3. Greet anger as a signal to do something good. When we become angry, our body responds with a variety of functions. Our respiration gets deeper, and our heart rate increases. Our blood pressure rises, and the blood is shifted from the stomach and intestines to the heart, the central nervous system, and the muscles. Sugar is secreted from the reserves in the liver, and adrenaline is secreted. Our body moves into a physical state of readiness when we are angry. Either we can so something good or bad in that physical state of readiness. Again, Psalms 4:4 (NIV) says, “In your anger do not sin; when you are on your beds, search your hearts and be silent.” If we greet anger as a signal to do something good, then we can search our hearts and be silent until we think of that good to do.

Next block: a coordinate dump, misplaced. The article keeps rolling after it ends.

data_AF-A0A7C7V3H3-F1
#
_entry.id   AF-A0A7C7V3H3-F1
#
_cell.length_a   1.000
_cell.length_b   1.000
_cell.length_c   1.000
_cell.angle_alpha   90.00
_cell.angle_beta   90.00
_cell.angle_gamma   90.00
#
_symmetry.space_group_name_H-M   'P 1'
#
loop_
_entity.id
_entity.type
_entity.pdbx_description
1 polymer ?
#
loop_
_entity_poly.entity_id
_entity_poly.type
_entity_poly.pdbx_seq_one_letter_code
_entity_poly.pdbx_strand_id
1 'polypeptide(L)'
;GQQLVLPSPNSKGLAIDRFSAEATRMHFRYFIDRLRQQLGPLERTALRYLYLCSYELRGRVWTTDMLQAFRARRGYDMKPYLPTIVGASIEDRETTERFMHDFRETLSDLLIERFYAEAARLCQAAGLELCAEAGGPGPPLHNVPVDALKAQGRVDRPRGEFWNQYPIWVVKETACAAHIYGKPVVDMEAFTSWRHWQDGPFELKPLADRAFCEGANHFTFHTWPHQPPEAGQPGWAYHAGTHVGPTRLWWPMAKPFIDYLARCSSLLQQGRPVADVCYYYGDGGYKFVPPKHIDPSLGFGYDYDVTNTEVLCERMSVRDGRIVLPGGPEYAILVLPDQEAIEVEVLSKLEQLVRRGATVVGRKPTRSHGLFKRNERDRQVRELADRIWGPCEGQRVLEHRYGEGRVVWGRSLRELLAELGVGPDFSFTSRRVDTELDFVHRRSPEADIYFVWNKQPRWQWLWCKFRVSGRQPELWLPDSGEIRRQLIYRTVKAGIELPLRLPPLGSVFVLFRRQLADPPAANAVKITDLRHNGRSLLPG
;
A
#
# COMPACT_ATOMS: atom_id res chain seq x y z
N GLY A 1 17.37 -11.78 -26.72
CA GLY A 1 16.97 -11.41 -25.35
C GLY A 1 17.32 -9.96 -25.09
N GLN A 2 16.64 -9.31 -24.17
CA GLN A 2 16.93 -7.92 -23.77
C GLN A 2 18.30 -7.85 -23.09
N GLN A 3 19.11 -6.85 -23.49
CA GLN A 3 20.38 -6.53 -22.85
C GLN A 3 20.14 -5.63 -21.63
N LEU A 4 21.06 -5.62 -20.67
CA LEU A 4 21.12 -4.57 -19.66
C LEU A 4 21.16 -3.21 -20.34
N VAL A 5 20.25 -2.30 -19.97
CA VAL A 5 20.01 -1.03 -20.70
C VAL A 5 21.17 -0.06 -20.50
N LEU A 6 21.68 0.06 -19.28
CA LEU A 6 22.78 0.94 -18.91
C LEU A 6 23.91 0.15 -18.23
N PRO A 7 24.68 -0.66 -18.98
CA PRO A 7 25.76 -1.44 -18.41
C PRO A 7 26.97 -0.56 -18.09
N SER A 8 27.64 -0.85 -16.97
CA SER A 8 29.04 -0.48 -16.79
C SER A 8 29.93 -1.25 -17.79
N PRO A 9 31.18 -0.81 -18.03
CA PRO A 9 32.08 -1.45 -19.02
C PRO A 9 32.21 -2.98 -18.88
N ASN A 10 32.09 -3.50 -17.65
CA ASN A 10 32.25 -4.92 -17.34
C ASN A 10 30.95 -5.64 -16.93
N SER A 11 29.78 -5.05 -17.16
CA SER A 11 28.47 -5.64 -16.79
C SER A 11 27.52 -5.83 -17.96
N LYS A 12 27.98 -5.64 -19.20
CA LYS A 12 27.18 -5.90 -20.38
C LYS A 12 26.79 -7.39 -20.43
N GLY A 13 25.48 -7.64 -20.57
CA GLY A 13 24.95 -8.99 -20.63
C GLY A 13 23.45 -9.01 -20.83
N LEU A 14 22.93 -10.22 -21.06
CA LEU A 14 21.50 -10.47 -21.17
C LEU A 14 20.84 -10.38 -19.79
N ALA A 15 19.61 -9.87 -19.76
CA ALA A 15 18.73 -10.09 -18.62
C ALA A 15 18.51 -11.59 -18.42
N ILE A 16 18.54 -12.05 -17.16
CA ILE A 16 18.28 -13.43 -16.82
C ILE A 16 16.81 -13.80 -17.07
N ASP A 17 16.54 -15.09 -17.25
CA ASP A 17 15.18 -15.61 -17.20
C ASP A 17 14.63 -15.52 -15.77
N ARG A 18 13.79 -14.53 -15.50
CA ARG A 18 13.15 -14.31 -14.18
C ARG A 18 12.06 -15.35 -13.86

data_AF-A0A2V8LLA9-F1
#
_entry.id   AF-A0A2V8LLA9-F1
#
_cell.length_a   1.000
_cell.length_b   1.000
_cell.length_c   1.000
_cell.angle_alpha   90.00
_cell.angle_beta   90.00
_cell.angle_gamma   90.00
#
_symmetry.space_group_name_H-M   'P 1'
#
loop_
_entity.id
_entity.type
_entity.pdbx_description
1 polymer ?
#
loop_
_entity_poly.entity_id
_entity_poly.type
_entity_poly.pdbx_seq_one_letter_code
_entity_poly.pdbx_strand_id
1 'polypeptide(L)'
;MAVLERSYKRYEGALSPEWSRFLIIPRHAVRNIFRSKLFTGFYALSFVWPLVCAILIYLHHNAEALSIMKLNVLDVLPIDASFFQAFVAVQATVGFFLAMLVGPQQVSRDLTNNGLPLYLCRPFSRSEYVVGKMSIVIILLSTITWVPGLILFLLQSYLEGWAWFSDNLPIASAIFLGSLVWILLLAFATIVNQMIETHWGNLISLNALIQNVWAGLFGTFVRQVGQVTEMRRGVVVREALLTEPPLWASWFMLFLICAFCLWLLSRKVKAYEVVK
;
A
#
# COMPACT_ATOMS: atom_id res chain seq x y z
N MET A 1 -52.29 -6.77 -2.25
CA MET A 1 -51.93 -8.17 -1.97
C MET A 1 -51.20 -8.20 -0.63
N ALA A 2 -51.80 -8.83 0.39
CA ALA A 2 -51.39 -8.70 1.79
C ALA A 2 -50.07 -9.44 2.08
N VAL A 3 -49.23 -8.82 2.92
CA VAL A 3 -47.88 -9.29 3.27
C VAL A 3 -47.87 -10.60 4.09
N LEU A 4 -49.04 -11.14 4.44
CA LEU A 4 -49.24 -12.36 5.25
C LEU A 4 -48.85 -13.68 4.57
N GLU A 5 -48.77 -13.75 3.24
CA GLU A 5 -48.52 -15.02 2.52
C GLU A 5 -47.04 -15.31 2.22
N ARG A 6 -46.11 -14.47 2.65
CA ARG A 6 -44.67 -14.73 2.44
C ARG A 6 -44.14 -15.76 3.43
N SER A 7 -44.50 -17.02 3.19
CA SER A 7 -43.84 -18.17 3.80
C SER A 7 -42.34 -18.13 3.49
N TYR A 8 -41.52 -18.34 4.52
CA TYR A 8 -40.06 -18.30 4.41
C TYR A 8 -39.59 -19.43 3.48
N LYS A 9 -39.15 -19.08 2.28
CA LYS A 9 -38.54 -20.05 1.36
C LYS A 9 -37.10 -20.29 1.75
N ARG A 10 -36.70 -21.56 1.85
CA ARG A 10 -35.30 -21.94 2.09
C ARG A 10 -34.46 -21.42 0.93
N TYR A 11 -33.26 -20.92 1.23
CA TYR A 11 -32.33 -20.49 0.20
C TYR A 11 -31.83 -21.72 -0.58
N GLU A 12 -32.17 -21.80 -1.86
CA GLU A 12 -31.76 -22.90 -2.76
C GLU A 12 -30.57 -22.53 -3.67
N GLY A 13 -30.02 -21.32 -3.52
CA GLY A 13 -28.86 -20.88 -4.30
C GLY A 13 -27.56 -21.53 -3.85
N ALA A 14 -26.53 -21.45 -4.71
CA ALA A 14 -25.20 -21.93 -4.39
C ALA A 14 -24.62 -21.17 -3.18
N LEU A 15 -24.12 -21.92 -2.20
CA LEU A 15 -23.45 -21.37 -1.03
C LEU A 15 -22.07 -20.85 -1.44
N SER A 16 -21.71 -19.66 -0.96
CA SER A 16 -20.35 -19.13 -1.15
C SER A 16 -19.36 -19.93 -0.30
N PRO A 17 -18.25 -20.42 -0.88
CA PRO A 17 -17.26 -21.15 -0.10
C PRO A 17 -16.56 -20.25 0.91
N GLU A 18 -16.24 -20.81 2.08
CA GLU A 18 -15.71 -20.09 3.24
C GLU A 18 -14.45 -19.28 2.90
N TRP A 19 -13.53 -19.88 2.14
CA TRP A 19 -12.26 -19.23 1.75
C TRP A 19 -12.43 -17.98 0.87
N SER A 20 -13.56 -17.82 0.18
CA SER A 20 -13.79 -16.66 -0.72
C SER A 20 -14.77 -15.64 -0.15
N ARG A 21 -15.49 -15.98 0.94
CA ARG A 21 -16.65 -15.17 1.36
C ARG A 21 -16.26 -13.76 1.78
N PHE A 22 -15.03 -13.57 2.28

4. Examine what makes me angry. Sometimes our anger is appropriate, and sometimes it is inappropriate. The only way to tell the difference is to stop and ask why am I angry. If we are going to have better anger management skills, we must identify the source of our anger. In part 2 of this series, we will look at what makes us angry. Most of our anger is inappropriate in that we assume someone has wronged us or sinned against us. If we assume wrongly, then we usually act wrongly. “In your anger do not sin.” Identify the source of anger so that that behavior of anger will not be sin.

5. Recognize the past results of my anger as a learned behavior. Most of the time, the way I handle my anger is simply a learned behavior. I may have had good role models or bad role models. Either way, somewhere in my past I learned to handle my anger. So guess what? It’s time to teach an old dog a new trick. I can learn a different behavior with my anger. “In your anger do not sin.” 

So what is anger? Anger is a God-given emotion, and even God gets angry. Anger is a physical signal in our body to remind us to do something good. When angry, we must stop and examine why we are angry. And whatever our previous learned angry behavior has been, we can learn a new behavior. Next time we will look at part 2: Why Am I So Angry?